What Is a Deviated Septum?

nose bleed

Story at-a-glance -

  • A deviated septum refers to a severely misaligned nasal septum, which causes one nasal passage to be larger than the other
  • The deformity alters the airflow in the nose and blocks the sinus openings, resulting in a variety of problems, including sinus infection, reduced airflow, sleeping problems and improper nasal drainage
  • A misaligned septum may hinder proper drainage of the sinuses, ultimately resulting in repeated sinus infections

A deviated septum is a condition wherein the nasal septum is tilted far toward the left or right side of the nose.1 It's a relatively common deformity that can affect anyone, regardless of age, gender or race. Keep in mind, that a deviated septum is different from a mildly crooked septum, which may occur in around 80 percent of Americans.2,3

As a medical condition, a deviated  septum refers to a severely misaligned nasal septum, which causes one nasal passage to be larger than the other.4 This deformity alters the airflow in the nose and blocks the sinus openings, resulting in of problems such as sinus infections, reduced airflow, sleeping problems and improper nasal drainage.5

Complications Associated With a Deviated Septum

If left untreated, a deviated septum may block one or both of your nostrils, making it difficult for you to breathe through your nose. This may lead to the following complications:6,7

Chronic sinus problems — A misaligned septum may hinder proper drainage of the sinuses, ultimately resulting in repeated sinus infections.

Frequent nosebleeds — The altered airflow in your nasal passages may dry out the surface of your septum and make you more susceptible to nosebleeds.

Headaches and/or facial pain — The pressure caused by nasal congestion, along with a sinus infection, may cause you to experience headaches and facial pain.8

Dry mouth — A deviated septum may increase your tendency to breathe through your mouth instead of your nose, resulting in a dry mouth and throat.

Postnasal drip — Your nose's thin, clear secretions may increase, making you feel like mucus is accumulating in your throat or dripping from the back of your nose.9

Sleep apnea — A severe deviated septum may lead to sleep apnea, a serious disorder that repeatedly disrupts proper breathing during sleep, depriving various body parts of the oxygen that they need to function properly.10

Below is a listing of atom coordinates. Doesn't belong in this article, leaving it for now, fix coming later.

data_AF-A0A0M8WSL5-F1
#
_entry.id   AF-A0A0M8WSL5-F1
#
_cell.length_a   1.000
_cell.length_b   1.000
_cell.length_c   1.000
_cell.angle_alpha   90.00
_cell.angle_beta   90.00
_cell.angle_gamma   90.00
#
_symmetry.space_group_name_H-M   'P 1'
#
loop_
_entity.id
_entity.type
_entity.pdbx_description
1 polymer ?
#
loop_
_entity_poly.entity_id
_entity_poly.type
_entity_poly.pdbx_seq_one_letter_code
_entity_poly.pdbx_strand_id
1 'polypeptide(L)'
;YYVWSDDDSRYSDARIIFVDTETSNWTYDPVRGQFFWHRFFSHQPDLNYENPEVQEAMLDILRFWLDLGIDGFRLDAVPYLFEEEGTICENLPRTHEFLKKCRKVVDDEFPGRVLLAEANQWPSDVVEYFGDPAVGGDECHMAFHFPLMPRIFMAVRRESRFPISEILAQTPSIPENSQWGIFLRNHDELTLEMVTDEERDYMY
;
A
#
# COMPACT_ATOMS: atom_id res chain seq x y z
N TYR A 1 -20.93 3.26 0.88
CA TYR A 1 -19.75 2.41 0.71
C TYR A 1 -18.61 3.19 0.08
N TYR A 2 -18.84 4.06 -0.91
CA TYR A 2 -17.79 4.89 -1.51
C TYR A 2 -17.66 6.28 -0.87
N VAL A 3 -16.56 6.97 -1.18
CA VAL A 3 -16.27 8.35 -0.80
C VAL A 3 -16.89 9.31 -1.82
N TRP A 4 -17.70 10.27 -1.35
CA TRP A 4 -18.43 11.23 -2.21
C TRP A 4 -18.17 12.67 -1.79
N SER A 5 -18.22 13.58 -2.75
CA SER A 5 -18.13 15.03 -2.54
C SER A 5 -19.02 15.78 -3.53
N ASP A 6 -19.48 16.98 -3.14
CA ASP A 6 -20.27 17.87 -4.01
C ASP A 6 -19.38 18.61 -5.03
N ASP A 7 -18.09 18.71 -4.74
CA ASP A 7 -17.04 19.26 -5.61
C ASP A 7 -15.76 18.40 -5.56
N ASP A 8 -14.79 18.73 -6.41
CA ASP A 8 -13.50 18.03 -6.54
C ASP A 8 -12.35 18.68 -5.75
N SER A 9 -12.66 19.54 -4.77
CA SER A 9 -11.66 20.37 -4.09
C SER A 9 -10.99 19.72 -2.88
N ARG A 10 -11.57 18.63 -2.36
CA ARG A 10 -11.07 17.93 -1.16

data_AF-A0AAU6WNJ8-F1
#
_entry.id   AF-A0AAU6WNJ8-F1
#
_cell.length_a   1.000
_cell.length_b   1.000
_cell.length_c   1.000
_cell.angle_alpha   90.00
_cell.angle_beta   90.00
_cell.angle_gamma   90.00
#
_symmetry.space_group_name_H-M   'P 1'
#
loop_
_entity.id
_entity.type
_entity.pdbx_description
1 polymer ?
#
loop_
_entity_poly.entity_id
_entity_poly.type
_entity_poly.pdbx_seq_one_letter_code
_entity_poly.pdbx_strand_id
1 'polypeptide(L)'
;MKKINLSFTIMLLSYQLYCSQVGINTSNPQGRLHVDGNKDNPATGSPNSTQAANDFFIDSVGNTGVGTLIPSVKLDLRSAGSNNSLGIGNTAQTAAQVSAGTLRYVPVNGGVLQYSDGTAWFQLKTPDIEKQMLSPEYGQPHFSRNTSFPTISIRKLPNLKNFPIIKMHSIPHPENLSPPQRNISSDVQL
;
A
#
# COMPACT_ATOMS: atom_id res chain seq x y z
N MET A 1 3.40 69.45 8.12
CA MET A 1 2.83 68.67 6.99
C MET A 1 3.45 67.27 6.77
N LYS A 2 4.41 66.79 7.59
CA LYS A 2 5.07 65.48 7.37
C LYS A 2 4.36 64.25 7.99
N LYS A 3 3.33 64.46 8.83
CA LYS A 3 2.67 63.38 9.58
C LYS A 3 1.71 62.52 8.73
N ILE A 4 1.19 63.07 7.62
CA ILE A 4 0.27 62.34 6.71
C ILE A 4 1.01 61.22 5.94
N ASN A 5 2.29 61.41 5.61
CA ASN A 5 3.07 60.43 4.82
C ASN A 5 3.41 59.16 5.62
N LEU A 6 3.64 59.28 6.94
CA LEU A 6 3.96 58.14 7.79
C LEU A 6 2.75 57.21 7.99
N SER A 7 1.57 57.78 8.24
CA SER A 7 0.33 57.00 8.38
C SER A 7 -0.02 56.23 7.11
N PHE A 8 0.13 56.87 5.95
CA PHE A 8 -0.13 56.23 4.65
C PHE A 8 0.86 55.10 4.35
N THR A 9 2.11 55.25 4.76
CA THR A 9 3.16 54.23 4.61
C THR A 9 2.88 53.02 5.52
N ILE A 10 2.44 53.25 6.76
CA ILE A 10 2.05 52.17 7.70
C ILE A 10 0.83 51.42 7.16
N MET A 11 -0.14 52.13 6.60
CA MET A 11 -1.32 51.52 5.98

Nasal blockage in one or both of the nostrils also can be fatal for infants, as they're very dependent on nasal breathing.11

When Should You See a Doctor Regarding a Deviated Septum?

Many cases of deviated septa do not require treatment from a health professional, since they're mild enough not to cause any troublesome symptoms.12 Some people only notice signs of a deviated septum when they're suffering from a common cold, allergy or other respiratory infection.13

However, if your deviated septum is hindering your breathing or causing frequent nosebleeds and/or recurring sinus infections, you should consult a physician right away, particularly an ear, nose and throat (ENT) specialist, to discuss the treatment option that fits your needs.14

A Deviated Septum May Be Misdiagnosed for Other Conditions

The symptoms of a deviated septum are similar to other conditions that affect the nose, and could be mistaken for the following  issues:15

  • Common cold
  • Allergies
  • Chronic sinusitis
  • Nasal polyps

Make sure that you discuss your symptoms with your doctor in order to avoid misdiagnosis and get the proper treatment for your condition.

MORE ABOUT DEVIATED SEPTUM

Deviated Septum: An Introduction

What Is a Deviated Septum?

Deviated Septum Symptoms

Deviated Septum Causes

Deviated Septum Surgery

Deviated Septum Treatment

Deviated Septum Prevention

Deviated Septum Diet

Deviated Septum FAQ

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